Next to be interviewed was Darlington Duru, Chairman of the Street. He echoes the same woes and songs of lamentation. Says Darlington Duru: “The transformer has been here since May 6, 2019. We went back to them saying we have done our own part, we have donated a transformer to you. Now, fulfill your own part by powering the transformer. That’s the understanding we had. Again, they began to toss us around, giving us one excuse after the other. That’s where we are now. We don’t owe Ikeja Electric. They have done everything to frustrate us. They know what we are generating here on Dele Orisabiyi Street. They know if we are metered, we won’t be paying as much as we pay now. They have been delaying the approval of the pre-paid meter. Something tells me that some of their managers are given special training on how to scheme and deceive consumers. On a number of occasions, we have invited their managers here. They will come and give empty promises. If Ikeja Electric knows they are not capable of doing this thing, they should go back to the government and give it back. This is a calculated move by Ikeja Electric to siphon us. We are paying ten times more than we are consuming.”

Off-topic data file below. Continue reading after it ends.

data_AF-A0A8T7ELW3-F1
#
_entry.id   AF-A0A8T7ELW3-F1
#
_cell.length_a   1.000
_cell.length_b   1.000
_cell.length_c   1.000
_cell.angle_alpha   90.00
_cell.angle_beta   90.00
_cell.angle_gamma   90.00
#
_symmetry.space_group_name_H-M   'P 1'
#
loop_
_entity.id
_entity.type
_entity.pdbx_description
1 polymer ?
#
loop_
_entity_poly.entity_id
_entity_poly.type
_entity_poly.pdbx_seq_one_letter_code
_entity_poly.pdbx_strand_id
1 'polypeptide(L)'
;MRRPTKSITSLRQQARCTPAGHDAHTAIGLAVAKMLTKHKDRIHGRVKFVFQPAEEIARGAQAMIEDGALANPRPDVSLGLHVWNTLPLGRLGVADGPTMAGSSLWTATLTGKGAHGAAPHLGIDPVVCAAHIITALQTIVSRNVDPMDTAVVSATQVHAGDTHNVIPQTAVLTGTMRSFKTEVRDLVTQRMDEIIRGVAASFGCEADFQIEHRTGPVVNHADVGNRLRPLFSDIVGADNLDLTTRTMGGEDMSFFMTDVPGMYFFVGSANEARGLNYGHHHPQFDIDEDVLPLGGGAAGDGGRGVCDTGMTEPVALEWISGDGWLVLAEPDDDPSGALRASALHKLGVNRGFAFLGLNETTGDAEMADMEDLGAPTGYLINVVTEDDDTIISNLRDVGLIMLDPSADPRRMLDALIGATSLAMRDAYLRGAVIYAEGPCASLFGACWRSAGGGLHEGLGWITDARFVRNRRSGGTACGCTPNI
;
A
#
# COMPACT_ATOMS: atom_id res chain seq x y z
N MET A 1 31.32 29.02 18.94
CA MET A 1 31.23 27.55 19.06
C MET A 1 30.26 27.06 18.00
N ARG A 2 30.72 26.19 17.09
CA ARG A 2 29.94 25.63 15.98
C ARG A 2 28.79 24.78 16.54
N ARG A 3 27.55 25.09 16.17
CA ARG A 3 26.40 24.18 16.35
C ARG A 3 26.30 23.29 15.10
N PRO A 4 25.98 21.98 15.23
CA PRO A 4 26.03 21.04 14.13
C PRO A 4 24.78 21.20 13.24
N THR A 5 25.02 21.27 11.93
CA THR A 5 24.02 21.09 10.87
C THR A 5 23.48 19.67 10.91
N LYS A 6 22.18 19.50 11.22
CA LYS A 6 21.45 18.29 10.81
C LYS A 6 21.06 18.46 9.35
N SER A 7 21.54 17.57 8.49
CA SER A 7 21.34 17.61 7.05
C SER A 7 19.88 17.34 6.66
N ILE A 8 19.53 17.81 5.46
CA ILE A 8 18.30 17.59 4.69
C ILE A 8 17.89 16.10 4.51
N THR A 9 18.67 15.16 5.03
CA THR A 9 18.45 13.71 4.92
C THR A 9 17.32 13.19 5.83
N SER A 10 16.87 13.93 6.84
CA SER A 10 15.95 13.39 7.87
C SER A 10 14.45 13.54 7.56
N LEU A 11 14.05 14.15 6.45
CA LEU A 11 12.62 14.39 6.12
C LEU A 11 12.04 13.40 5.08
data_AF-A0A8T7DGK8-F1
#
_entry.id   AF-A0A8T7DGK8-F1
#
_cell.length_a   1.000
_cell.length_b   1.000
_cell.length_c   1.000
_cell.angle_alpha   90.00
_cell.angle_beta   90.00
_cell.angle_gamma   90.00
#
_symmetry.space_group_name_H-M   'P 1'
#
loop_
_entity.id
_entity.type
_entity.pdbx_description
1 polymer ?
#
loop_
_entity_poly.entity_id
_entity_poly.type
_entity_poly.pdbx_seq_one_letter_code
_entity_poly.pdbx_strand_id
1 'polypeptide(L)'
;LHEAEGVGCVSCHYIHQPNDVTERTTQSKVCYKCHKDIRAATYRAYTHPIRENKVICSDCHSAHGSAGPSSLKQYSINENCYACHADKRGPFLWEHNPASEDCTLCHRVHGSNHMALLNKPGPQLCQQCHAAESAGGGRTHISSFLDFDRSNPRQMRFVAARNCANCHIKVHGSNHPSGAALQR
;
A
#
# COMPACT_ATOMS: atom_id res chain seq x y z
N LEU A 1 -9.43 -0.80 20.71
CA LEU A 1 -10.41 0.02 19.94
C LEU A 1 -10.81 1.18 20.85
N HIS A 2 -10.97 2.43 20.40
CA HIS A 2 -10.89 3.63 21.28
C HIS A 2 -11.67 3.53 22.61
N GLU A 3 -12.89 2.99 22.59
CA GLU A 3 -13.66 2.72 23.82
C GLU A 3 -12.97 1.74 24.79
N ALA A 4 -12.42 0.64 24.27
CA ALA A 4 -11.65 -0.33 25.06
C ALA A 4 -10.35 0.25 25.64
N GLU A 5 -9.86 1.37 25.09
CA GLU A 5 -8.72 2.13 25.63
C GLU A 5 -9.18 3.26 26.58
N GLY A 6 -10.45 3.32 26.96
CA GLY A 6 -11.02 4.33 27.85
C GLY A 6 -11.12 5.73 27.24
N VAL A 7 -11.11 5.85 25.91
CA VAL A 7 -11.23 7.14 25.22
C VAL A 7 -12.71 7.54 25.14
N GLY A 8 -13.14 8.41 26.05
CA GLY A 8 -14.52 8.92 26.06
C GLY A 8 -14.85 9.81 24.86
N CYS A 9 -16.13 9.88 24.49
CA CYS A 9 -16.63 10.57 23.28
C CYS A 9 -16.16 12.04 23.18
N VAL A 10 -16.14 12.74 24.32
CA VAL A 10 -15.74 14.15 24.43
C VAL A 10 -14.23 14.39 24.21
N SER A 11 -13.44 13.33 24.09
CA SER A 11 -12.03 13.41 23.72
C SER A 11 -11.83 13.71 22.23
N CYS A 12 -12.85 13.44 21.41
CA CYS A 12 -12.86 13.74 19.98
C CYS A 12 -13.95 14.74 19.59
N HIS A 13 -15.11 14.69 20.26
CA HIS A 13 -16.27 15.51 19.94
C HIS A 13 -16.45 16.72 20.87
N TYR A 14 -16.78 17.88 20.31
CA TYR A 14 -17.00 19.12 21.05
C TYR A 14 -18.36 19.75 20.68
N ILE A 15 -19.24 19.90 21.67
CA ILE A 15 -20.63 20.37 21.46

On his part, star journalist Gbenga Dan Asabe says: “I will pursue this matter to its logical conclusion until the transformer is restored and there is light on this street of which has suffered so long. I remember when the great journalist Dimgba Igwe was killed on September 6, 2014 while jogging, his home on Dele Orisabiyi became the Mecca for who is who in Nigeria. Fashola was here, Tinubu was here, even Buhari was here to commiserate. The street was given a facelift with a promise by the government to do the road. But it was all empty promises. Ikeja Electric has continued in the same tradition. What kind of country is this?”